The Best Reason to Go
It’s about an hour’s boat ride from the Cape Town Waterfront District to Robben’s Island, where Nelson Mandela spent 18 of his 27 years of incarceration. The prisoner’s living quarters varied from one room jammed with 30-40 prisoners, to a single 8 x 8 cell, to something smaller, that were previously used as dog kennels. Food was bad and sparse; prisoners were forced to work 8-10 hours a day in lime mines on the island and were often physically and mentally tortured for various reasons or for no reason at all. Solitary confinement was worse.
Robben Island cell
Our tour of the island’s prison was conducted by a former prisoner who talked about conditions in the prison. He said, “They tried every way possible to beat us down, they torture us and treated us like animals, but in the evening we were able to gather together for about an hour or so and we would use that time to educate ourselves – there was a saying, ‘Each One, Teach One’ – that way those who could read taught others to read, those who knew math taught other to do math and so on. The main thing we continued to reinforce with each other was that whatever they did to us, we were not going to let them break our spirit. At night, if time and guards allowed, we would sing, we would dance, we would do little plays for ourselves – anything to keep our spirit alive – that was the most important thing, to keep our spirit alive.”
We came away from Robben’s Island amazed and inspired, but what we didn’t know was that we were about to experience that ‘spirit’ on our boat trip back to Cape Town. We started our return trip sitting on benches on the outside deck of the boat, but as the sun went down it quickly cooled and we moved inside. Soon after we came inside, a middle-aged black man stood up and started singing in a native language, other blacks, men and women, quickly joined in and although they didn’t all know each other, they all knew the song and each would either join in singing the melody, harmonies or a background beat – they sounded as if they’d been rehearsing this routine together for years. It didn’t take long before all the black men and women were up singing and dancing in the aisles. We few whites on board just stood, listened and watched in amazement. The music was so infectious, I tried to join in, and with the help of the black gentleman standing next to me, I learned a couple of words and joined in the singing. If my skin color didn’t give me away, my voice and my dance moves did; I soon realized what I should be doing is recording this – so I did.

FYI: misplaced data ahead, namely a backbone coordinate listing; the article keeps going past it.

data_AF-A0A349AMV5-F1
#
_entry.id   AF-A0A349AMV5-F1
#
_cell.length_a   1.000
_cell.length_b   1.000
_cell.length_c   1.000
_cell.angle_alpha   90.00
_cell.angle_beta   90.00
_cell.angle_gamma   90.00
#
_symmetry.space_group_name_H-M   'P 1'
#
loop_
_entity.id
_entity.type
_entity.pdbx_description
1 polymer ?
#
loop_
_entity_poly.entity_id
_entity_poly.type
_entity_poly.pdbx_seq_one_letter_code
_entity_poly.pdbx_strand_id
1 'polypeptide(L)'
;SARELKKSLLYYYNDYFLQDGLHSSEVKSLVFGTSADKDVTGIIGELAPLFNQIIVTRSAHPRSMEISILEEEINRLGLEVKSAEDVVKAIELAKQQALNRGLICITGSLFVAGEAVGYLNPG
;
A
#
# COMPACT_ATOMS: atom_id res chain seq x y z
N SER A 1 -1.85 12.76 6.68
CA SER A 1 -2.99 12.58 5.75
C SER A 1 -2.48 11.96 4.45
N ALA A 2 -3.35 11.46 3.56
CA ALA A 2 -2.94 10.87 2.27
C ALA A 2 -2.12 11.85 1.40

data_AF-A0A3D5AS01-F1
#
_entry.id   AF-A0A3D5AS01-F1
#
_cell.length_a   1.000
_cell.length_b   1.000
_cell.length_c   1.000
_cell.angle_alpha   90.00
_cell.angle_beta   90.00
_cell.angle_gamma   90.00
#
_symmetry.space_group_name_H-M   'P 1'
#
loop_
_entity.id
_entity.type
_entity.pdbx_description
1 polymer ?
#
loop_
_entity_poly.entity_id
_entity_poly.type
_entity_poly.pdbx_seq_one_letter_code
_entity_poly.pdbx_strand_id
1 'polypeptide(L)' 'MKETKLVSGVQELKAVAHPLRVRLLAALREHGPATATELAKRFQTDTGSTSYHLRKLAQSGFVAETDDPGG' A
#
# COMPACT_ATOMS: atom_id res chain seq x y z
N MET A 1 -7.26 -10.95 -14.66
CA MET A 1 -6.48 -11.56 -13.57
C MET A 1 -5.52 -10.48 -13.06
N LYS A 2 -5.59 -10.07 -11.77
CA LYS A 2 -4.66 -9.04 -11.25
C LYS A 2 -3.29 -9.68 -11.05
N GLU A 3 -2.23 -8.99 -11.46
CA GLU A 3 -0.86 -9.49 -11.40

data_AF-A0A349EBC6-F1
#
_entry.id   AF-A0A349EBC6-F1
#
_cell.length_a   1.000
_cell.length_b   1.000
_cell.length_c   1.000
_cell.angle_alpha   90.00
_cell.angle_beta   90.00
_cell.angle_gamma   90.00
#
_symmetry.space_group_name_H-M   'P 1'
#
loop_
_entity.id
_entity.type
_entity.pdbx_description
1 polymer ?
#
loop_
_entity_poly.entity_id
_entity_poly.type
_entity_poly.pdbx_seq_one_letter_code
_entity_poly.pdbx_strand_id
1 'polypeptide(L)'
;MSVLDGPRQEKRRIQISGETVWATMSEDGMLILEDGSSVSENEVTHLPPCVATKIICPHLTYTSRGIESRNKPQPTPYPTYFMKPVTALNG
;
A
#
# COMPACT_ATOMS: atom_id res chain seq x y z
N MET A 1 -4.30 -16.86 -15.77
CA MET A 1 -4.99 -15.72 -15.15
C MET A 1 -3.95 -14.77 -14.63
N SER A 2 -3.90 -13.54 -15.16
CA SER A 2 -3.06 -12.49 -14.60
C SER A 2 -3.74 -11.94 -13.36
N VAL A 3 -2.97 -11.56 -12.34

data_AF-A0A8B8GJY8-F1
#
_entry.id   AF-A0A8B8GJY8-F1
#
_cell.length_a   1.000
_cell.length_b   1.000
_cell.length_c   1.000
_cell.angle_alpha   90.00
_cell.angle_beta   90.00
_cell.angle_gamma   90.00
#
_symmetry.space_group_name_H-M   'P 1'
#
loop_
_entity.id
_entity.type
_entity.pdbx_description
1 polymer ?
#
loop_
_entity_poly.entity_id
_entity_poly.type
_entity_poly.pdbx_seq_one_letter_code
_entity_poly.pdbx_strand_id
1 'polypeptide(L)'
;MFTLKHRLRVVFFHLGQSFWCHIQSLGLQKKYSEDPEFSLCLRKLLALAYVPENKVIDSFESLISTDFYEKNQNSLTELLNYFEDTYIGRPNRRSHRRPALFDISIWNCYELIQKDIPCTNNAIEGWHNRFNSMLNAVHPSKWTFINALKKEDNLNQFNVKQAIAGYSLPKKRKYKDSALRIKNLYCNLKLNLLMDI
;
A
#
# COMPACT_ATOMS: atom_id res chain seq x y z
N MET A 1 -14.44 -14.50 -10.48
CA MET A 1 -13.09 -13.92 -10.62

As we prepare to move to the next phase of our journey, the safaris, we are amazed at all the wonderful things we saw in and around Cape Town, but what I will remember most are the people – their great smiles and wonderful dispositions. I’m not sure how they do it, but I’m thinking it has something to do with that great ‘African Spirit’ that will not be broken. Perhaps it is about the journey.
Next: African Diary – Part 3 Game Drives